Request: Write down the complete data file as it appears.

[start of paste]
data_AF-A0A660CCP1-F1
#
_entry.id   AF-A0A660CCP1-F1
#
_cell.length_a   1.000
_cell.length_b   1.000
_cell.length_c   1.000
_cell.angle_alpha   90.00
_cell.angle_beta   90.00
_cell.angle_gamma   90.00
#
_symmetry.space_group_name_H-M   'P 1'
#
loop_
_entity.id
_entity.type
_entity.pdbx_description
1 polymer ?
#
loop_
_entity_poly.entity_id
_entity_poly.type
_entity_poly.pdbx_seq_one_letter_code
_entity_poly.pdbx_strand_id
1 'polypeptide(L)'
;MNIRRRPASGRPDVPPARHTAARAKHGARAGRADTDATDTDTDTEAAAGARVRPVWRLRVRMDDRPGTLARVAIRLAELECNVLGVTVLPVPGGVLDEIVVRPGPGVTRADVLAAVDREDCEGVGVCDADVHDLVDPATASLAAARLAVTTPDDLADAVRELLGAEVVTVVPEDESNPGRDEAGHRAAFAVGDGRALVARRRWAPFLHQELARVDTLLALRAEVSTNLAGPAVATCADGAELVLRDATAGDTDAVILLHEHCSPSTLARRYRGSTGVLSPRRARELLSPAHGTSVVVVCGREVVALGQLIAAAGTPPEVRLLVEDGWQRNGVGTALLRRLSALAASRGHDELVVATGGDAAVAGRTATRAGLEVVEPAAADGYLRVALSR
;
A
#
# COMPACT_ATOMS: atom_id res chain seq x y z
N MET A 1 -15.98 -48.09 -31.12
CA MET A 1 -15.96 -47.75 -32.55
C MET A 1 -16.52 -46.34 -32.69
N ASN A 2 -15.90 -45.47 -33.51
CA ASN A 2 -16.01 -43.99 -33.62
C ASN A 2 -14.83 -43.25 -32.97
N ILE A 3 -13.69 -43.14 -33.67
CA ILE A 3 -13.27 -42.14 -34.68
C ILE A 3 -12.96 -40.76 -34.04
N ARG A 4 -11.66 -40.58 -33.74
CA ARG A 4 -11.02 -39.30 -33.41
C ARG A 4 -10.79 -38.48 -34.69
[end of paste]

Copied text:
data_AF-A0A660CCP1-F1
#
_entry.id   AF-A0A660CCP1-F1
#
_cell.length_a   1.000
_cell.length_b   1.000
_cell.length_c   1.000
_cell.angle_alpha   90.00
_cell.angle_beta   90.00
_cell.angle_gamma   90.00
#
_symmetry.space_group_name_H-M   'P 1'
#
loop_
_entity.id
_entity.type
_entity.pdbx_description
1 polymer ?
#
loop_
_entity_poly.entity_id
_entity_poly.type
_entity_poly.pdbx_seq_one_letter_code
_entity_poly.pdbx_strand_id
1 'polypeptide(L)'
;MNIRRRPASGRPDVPPARHTAARAKHGARAGRADTDATDTDTDTEAAAGARVRPVWRLRVRMDDRPGTLARVAIRLAELECNVLGVTVLPVPGGVLDEIVVRPGPGVTRADVLAAVDREDCEGVGVCDADVHDLVDPATASLAAARLAVTTPDDLADAVRELLGAEVVTVVPEDESNPGRDEAGHRAAFAVGDGRALVARRRWAPFLHQELARVDTLLALRAEVSTNLAGPAVATCADGAELVLRDATAGDTDAVILLHEHCSPSTLARRYRGSTGVLSPRRARELLSPAHGTSVVVVCGREVVALGQLIAAAGTPPEVRLLVEDGWQRNGVGTALLRRLSALAASRGHDELVVATGGDAAVAGRTATRAGLEVVEPAAADGYLRVALSR
;
A
#
# COMPACT_ATOMS: atom_id res chain seq x y z
N MET A 1 -15.98 -48.09 -31.12
CA MET A 1 -15.96 -47.75 -32.55
C MET A 1 -16.52 -46.34 -32.69
N ASN A 2 -15.90 -45.47 -33.51
CA ASN A 2 -16.01 -43.99 -33.62
C ASN A 2 -14.83 -43.25 -32.97
N ILE A 3 -13.69 -43.14 -33.67
CA ILE A 3 -13.27 -42.14 -34.68
C ILE A 3 -12.96 -40.76 -34.04
N ARG A 4 -11.66 -40.58 -33.74
CA ARG A 4 -11.02 -39.30 -33.41
C ARG A 4 -10.79 -38.48 -34.69